Thousands of containers of solar panel parts are stuck in US ports as US regulators fear parts are forcibly made in China’s Xinjiang region. This is what Reuters wrote based on its own research.
In December 2021, US President Joe Biden signed what is known as the “Prevention of Forced Labor of Uyghurs” law, which will stop all goods made in the Xinjiang region on the US border. The Uyghurs, a predominantly Muslim ethnic minority, hail mainly from the Xinjiang region and are held by China in camps where they are forced to work, according to multiple investigations by human rights organizations and international media. With the law, which went into effect in June of this year, the United States wants to combat this forced labor.
The region produces parts of the solar panels that are used in the United States to make the economy more sustainable. Reuters writes that with more than a thousand containers piling up at US ports, these sustainable plans are lagging. The three Chinese companies that produced the parts have halted other deliveries amid fears that more containers will be halted.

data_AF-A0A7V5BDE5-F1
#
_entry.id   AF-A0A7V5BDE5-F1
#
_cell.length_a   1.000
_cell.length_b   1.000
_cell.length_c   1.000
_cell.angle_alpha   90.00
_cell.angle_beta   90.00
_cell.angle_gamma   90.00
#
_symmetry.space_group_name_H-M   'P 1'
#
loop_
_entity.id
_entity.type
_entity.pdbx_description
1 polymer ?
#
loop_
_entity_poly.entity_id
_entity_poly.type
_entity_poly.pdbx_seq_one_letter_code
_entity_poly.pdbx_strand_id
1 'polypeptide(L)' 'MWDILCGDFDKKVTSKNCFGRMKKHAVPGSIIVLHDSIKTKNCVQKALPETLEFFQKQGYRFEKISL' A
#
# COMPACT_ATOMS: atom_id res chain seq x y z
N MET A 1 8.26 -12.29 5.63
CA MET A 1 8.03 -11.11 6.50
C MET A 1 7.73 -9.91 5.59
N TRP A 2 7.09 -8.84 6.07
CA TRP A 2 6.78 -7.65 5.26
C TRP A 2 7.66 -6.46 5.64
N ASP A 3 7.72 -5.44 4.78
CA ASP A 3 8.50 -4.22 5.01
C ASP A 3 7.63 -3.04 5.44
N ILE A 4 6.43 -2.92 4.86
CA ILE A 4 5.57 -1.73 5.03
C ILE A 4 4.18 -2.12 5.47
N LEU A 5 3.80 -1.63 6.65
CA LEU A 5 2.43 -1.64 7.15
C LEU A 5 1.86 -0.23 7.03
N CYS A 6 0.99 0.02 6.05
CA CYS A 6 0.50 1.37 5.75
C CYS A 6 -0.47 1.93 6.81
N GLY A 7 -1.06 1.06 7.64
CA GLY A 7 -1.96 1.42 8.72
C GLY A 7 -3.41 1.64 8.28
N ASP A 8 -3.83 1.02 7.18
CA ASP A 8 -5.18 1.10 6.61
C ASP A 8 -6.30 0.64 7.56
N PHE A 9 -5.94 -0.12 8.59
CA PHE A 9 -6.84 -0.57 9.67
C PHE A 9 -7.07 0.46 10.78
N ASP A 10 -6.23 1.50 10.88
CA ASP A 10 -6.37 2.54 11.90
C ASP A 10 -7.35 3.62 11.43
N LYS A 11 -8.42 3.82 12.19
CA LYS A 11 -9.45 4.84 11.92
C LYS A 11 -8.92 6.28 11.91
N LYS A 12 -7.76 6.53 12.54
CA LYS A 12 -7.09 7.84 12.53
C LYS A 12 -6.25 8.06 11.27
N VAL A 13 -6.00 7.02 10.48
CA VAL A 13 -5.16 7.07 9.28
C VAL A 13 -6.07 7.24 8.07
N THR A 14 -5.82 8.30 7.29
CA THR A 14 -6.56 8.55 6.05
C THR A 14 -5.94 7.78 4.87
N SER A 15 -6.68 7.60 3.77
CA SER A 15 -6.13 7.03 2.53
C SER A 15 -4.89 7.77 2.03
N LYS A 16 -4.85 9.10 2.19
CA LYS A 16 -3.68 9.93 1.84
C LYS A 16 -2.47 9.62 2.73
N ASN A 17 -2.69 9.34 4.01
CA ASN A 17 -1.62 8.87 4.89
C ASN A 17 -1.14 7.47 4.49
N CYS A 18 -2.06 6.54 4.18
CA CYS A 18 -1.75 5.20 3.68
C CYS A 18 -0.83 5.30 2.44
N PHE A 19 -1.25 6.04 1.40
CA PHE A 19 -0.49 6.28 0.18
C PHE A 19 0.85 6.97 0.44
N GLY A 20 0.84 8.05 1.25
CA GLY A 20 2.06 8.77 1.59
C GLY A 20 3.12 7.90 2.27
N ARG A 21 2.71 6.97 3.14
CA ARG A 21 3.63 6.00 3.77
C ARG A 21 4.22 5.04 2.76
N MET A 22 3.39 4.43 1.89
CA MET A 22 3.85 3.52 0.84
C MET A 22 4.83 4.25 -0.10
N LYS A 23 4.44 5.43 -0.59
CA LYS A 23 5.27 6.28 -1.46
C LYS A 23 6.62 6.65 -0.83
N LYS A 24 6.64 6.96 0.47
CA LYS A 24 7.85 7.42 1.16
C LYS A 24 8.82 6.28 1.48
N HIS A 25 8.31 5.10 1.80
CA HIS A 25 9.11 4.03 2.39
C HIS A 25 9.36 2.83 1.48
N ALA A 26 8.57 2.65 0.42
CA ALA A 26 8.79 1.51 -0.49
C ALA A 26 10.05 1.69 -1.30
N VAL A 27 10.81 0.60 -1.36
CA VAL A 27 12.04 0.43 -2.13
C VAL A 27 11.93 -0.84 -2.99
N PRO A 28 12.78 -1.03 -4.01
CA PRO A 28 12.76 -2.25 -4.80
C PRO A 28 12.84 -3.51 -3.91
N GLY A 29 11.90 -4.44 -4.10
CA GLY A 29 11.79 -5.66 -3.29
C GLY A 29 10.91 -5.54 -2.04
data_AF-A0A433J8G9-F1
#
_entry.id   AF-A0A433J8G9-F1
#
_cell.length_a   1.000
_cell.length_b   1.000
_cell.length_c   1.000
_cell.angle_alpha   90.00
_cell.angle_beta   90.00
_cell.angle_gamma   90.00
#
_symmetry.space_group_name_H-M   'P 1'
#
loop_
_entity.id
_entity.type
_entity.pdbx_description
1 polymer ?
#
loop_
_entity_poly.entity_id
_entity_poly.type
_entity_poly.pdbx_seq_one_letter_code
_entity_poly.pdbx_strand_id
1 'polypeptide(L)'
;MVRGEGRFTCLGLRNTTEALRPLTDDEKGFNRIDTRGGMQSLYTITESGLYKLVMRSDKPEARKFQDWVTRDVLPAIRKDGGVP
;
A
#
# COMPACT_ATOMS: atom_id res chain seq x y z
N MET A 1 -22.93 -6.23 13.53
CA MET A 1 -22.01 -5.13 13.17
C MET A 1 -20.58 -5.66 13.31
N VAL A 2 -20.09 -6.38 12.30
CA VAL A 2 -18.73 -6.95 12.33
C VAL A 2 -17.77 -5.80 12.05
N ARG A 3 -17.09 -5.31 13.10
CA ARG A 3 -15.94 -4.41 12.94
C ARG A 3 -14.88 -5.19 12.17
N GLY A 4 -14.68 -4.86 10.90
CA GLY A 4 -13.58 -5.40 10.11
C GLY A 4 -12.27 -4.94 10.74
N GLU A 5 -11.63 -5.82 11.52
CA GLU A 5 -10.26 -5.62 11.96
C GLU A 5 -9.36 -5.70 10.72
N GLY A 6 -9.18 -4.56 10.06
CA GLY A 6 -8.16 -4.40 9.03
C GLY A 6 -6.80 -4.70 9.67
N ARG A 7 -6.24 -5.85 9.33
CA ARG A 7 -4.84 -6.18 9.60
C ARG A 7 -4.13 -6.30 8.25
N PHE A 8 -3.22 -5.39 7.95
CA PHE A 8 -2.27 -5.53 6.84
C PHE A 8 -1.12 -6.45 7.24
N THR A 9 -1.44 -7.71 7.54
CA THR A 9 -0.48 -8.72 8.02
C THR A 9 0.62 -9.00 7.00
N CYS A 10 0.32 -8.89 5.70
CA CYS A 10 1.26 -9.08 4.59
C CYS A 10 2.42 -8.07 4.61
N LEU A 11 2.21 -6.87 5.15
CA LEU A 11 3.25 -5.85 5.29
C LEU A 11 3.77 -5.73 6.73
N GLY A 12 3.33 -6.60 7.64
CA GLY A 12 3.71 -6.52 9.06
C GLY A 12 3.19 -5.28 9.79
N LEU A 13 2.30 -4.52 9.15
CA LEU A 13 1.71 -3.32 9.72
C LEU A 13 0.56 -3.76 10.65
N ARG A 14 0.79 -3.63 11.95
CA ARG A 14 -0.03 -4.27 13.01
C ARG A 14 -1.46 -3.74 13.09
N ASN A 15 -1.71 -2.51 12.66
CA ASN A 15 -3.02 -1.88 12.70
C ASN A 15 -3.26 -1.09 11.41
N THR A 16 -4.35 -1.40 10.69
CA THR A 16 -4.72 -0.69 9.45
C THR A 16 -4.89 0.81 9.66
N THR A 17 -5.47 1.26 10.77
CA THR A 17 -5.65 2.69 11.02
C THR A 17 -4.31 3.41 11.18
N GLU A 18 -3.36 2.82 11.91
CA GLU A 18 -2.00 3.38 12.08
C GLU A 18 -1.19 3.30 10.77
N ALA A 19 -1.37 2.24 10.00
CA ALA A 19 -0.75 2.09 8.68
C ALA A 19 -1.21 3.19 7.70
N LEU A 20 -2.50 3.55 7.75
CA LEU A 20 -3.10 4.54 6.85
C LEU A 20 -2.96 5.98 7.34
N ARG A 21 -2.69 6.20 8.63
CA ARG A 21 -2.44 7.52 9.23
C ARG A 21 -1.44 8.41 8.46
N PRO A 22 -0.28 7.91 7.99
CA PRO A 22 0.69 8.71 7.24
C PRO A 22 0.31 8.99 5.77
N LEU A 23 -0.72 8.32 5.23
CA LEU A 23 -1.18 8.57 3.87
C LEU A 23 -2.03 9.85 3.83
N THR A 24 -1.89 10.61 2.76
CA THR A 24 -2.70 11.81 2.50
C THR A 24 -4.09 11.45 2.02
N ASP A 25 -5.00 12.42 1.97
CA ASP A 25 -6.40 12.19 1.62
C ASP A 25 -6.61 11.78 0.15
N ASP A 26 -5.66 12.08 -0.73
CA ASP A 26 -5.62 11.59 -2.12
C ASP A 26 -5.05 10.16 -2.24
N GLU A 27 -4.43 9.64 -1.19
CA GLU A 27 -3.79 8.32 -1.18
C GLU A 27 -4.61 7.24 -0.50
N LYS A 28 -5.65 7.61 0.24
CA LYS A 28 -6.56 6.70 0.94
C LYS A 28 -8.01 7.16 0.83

Read also China wins at the UN: No debate over the Uyghur report
The European Union is working on a similar ban
China, which denies abuses in Xinjiang, has called on the United States to release the confiscated parts. A Chinese Foreign Ministry spokesman, citing Reuters, described the allegations of forced labor as “the lie of the century, fabricated by a small group of anti-China individuals.”
The European Union wants to impose a ban similar to that of the United States. In order not to offend China, a blanket ban on goods made under duress is imposed, and neither China nor the Xinjiang region is specifically mentioned in the bill. The European Commission made the first proposal in September. It is expected that this ban will take at least a year to be signed and possibly longer before it takes effect.
Avid music fanatic. Communicator. Social media expert. Award-winning bacon scholar. Alcohol fan.